Not only does it tell the story, but hopefully, it encourages you to actual do something, before it is too late…..
We are all too aware that documentaries these days, all too often mean so called ‘reality’ programmes self-shot on prosumer cameras by the director’s cat.
Facebook and U-Tube haven’t helped as newer audiences assume that poorly composed, unsteady and out of focus shots are now the norm; as my old teacher said to us once ‘If you’re supposed to be the cream of this school, God help the skimmed milk!’
But if we are willing to ignore the health warnings, there is still cream out there.
Such all too rare programmes that are sympathetically shot to their subject, tell the story and allow us to enjoy the images. It’s a combination of craft, skill and talent.
Producers and directors of commercials are always looking at new ways of presenting their vision. Again, it’s a case of holding the viewers’ attention and getting over an idea in a memorable way.
It’s this kind of demand that drives innovation forward. Indeed, more often than not, it’s the commercials – with their requirement for getting over the idea in the shortest possible time – that are responsible for all those new developments in technology.
With CGI, digital editing and image manipulation already well established, the question is, ‘Where do we go from here?’
Music is one of those areas which needs some very special skills if what you want on the screen is sheer quality.
All too often, there isn’t sufficient time for a proper rehearsal, it’s a difficult location and each cameraman has to be sympathetic – not only to the music itself – but to each other and to the director.
It’s a case of many bodies contributing to a whole, which is much greater than the sum of each single effort.
When it works, it works magnificently...
The Seal of Approval is awarded to a manufacturer for a piece of equipment that, having been nominated by the membership and voted for by Council, has significantly aided cameramen in the advancement of their craft.
After considerable discussion, Council felt that one piece of
equipment, the Vortex Aerial Camera Mount, stood out above the rest. It has proved itself on numerous OBs, dramas and LE productions. As a portable camera tower, it allows the camera to be rigged up to a height of 30 metres in minutes. You can then operate the camera with a full 360 deg pan, whilst at the same time jibbing the camera at up to 2 metres per sec; all in wind speeds up to force 7.
We were particularly impressed not only by the simplicity and speed of rigging, but also at the wide range of shots that can be offered by such a rig.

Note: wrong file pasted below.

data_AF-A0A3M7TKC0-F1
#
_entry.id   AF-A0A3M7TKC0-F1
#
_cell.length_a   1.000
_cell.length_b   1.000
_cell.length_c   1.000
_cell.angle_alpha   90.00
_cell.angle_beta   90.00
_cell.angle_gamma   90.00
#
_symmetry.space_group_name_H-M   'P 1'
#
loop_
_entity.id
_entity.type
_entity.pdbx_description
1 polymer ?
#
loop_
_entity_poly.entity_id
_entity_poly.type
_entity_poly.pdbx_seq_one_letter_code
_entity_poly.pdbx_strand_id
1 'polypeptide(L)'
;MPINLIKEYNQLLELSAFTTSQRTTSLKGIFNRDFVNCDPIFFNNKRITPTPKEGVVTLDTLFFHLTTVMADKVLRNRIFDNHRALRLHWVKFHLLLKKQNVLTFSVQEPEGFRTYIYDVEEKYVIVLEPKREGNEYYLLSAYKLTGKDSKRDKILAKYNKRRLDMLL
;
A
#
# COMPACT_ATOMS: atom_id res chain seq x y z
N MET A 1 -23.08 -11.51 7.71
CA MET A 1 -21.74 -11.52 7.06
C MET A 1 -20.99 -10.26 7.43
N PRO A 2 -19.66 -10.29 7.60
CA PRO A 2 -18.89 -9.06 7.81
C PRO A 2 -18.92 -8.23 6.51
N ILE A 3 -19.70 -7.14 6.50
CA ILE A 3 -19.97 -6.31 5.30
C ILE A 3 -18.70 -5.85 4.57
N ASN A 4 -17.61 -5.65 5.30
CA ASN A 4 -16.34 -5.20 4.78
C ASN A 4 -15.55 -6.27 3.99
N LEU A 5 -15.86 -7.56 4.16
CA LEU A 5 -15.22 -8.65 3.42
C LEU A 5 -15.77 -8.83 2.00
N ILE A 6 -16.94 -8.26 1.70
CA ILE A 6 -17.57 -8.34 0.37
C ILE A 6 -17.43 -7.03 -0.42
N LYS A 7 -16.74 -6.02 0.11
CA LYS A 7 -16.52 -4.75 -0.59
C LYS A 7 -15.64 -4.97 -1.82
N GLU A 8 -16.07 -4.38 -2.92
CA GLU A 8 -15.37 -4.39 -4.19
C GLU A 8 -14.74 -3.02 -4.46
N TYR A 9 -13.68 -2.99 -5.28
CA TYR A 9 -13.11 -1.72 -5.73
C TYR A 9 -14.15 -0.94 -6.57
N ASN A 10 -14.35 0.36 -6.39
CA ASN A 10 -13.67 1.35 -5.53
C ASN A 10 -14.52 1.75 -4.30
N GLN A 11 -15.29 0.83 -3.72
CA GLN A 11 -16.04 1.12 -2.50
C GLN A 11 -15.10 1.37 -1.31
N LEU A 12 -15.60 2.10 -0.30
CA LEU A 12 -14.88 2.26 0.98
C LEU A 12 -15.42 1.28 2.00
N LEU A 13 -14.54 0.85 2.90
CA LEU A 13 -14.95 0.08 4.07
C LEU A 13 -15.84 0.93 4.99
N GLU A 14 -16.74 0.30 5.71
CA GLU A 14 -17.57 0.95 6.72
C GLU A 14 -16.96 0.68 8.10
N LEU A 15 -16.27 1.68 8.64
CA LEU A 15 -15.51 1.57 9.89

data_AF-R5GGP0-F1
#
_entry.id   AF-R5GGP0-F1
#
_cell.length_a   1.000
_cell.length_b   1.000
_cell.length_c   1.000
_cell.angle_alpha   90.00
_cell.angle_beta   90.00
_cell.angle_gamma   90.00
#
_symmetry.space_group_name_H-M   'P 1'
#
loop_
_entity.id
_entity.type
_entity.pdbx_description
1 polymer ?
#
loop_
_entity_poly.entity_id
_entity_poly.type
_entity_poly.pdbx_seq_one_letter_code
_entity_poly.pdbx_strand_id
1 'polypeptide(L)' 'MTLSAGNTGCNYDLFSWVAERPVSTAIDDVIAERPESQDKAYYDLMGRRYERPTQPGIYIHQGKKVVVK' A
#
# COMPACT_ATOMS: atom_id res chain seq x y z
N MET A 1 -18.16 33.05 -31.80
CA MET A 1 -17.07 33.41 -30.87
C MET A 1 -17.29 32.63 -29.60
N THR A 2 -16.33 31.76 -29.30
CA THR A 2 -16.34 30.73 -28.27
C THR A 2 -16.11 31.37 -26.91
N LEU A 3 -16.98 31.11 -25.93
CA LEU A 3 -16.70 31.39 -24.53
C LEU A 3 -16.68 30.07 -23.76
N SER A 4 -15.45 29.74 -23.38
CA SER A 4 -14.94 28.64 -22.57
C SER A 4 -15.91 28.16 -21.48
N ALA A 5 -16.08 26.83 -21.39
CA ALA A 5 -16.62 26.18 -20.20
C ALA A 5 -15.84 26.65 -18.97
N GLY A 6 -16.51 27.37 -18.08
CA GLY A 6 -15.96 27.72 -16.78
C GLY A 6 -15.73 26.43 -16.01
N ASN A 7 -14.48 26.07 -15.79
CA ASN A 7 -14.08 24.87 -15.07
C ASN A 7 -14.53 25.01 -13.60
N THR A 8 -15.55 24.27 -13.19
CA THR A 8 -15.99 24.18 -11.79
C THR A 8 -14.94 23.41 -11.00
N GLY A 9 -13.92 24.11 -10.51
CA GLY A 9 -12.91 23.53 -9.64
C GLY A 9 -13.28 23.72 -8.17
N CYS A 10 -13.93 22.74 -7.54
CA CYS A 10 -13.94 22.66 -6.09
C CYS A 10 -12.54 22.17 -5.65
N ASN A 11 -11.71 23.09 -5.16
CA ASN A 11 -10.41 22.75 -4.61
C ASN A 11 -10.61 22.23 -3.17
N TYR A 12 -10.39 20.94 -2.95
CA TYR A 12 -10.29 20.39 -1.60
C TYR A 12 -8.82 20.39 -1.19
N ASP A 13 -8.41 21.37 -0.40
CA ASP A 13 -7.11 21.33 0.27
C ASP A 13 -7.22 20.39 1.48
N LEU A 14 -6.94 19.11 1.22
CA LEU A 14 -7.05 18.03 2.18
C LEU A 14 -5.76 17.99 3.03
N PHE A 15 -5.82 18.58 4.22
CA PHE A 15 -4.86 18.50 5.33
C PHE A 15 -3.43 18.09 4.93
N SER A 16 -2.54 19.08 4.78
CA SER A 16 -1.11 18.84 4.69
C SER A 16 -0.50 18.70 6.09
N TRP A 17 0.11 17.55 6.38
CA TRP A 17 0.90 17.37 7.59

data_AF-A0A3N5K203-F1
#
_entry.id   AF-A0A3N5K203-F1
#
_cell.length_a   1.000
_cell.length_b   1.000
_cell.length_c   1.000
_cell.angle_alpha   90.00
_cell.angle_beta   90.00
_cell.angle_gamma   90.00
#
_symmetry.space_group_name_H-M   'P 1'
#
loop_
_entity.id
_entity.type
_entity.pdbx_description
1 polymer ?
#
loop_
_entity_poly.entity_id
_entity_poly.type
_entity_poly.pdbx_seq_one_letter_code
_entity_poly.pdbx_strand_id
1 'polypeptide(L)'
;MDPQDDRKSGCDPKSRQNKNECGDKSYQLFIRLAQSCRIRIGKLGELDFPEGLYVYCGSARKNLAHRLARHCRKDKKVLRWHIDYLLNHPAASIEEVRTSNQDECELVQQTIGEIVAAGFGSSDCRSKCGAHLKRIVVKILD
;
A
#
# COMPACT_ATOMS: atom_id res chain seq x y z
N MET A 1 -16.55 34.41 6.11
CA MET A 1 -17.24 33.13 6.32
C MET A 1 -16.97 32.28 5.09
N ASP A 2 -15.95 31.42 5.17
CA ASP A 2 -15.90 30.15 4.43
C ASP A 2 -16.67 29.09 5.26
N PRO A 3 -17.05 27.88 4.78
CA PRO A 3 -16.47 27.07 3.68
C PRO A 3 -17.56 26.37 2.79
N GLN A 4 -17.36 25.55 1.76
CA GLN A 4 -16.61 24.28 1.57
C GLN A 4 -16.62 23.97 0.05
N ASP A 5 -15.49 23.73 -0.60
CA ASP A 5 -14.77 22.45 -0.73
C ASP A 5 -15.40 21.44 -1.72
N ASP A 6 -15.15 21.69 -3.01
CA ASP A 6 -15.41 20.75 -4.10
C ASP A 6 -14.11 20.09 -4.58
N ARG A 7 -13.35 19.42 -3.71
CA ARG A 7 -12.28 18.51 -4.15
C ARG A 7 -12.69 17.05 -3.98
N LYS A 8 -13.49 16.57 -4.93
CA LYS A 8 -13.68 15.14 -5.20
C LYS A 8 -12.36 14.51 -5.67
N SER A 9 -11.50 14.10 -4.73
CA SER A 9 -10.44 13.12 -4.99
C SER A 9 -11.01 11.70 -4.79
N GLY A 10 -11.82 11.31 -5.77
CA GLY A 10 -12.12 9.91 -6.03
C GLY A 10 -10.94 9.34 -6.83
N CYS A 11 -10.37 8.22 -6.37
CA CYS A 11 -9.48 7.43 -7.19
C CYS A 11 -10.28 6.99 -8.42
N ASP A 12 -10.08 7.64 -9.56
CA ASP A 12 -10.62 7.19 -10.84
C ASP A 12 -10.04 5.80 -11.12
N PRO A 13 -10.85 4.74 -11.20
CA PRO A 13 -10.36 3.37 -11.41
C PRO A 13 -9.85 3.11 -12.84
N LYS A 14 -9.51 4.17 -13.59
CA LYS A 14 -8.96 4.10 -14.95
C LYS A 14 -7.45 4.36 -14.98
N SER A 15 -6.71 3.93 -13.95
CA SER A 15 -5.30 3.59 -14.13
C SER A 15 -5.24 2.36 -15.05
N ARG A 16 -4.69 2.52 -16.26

Rather than coming from a large company, the system was designed by a cameraman, Matt Gladstone.
The recipient of our first Fellowship has served on Council for well over a quarter of a century. This in itself is a remarkable achievement.
He has looked after the GTC’s sponsors for virtually all that time, nurturing them, bringing in new sponsors and tirelessly looking after all the paper chases that go with such a task. Were it not for the generosity of our sponsors, the GTC could not carry out the work that it does; and were it not for the tireless work of the Sponsor Liaison Officer, we would have no sponsors.
With the ongoing downturn in the economy – and it’s been happening in the television industry for far longer than the past year – he has managed to keep the vast majority of our sponsors on-board; a remarkable achievement.
Now, having just turned 85 he feels he needs to start taking things a little easier.
There is one job on Council which is totally thankless. Not Chairman (although that can be bad enough!). Whatever you do, someone is sure to complain. You have to be at meetings well ahead of everyone to set up, and well after, to tidy up.
You are responsible for ensuring that everyone has been informed of the meeting, that an Agenda has been properly prepared, that the minutes have been accurately prepared and circulated and that the meeting itself has been properly constituted.
As guardian of the Constitution, you have to ensure that all business is carried out in compliance with the Constitution, no matter how passionate members may be to bring forward their ideas.
In short, you’re on a hiding to nothing.
To have carried out the job of Secretary for so many years takes very special effort and indeed it needs a very special person to do that job, efficiently, honourably and without (too much) compliant.
The immediate past secretary is such a person. It gives me great pleasure to announce that our second Fellowship goes to Dudley Darby.